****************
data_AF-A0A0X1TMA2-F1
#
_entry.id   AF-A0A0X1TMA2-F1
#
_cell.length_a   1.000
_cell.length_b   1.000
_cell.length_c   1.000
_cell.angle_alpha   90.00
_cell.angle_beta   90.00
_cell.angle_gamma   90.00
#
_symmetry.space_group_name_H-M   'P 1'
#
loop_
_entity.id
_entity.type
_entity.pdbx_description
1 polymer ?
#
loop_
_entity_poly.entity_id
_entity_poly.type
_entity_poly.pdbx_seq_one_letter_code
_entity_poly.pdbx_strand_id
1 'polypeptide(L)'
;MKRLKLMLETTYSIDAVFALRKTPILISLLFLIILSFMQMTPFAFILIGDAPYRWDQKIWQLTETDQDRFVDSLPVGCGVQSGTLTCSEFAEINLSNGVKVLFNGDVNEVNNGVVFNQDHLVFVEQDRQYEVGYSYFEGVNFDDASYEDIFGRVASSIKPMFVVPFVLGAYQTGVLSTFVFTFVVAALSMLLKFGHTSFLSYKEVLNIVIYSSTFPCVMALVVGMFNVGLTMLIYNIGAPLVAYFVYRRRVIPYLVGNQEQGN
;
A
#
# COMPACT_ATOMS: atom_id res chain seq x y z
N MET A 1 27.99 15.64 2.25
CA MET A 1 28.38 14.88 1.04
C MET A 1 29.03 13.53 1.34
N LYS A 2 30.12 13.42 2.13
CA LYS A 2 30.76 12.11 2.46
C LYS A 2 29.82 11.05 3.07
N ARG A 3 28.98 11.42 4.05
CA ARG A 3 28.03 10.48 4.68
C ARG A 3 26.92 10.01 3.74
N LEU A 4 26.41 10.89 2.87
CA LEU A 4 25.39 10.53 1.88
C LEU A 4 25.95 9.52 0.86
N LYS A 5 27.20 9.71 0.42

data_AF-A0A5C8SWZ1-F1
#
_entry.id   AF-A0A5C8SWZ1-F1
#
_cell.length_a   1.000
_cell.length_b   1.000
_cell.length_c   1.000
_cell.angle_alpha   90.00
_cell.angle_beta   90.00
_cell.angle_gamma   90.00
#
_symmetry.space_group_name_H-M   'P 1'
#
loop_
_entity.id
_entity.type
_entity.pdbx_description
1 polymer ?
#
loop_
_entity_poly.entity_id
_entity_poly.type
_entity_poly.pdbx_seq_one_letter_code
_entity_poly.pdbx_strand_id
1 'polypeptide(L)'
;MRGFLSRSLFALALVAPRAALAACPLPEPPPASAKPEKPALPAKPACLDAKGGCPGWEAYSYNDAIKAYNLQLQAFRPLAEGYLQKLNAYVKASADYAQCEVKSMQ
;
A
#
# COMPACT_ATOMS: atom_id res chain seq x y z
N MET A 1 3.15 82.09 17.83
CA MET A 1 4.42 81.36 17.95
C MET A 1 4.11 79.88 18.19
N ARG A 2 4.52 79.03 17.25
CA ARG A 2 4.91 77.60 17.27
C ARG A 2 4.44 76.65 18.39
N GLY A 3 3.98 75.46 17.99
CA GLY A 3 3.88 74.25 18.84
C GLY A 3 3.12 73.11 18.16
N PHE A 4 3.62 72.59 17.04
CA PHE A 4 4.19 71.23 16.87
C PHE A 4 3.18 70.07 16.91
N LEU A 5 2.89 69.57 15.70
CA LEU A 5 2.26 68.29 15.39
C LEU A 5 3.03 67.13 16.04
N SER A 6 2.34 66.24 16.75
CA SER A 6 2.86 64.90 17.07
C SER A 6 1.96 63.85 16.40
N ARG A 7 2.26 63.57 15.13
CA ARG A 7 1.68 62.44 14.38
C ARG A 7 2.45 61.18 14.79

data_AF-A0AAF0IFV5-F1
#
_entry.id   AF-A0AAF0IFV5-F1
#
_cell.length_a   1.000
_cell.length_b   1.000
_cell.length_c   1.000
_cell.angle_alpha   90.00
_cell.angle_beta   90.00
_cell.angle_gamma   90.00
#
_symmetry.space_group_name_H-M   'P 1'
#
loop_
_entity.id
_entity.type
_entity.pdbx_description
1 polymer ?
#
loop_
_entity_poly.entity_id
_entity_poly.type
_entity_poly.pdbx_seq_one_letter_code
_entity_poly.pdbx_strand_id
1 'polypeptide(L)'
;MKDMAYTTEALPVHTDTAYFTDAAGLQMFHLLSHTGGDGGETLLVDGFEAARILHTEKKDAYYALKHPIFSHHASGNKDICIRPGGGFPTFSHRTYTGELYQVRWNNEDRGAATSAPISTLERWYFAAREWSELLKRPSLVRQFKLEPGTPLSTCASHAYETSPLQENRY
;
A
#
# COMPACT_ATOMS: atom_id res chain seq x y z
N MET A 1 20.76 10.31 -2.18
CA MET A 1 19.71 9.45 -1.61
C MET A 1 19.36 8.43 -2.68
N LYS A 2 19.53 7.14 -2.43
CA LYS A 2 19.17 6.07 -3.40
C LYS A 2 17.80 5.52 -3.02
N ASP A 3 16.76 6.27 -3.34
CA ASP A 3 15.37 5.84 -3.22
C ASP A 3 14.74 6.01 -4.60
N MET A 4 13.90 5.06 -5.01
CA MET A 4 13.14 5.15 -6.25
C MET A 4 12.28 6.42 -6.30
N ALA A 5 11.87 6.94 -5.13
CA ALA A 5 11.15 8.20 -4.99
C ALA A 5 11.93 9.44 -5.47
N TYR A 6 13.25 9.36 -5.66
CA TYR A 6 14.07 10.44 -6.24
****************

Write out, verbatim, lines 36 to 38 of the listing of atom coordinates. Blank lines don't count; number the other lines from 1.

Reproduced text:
C LYS A 2 29.82 11.05 3.07
N ARG A 3 28.98 11.42 4.05
CA ARG A 3 28.03 10.48 4.68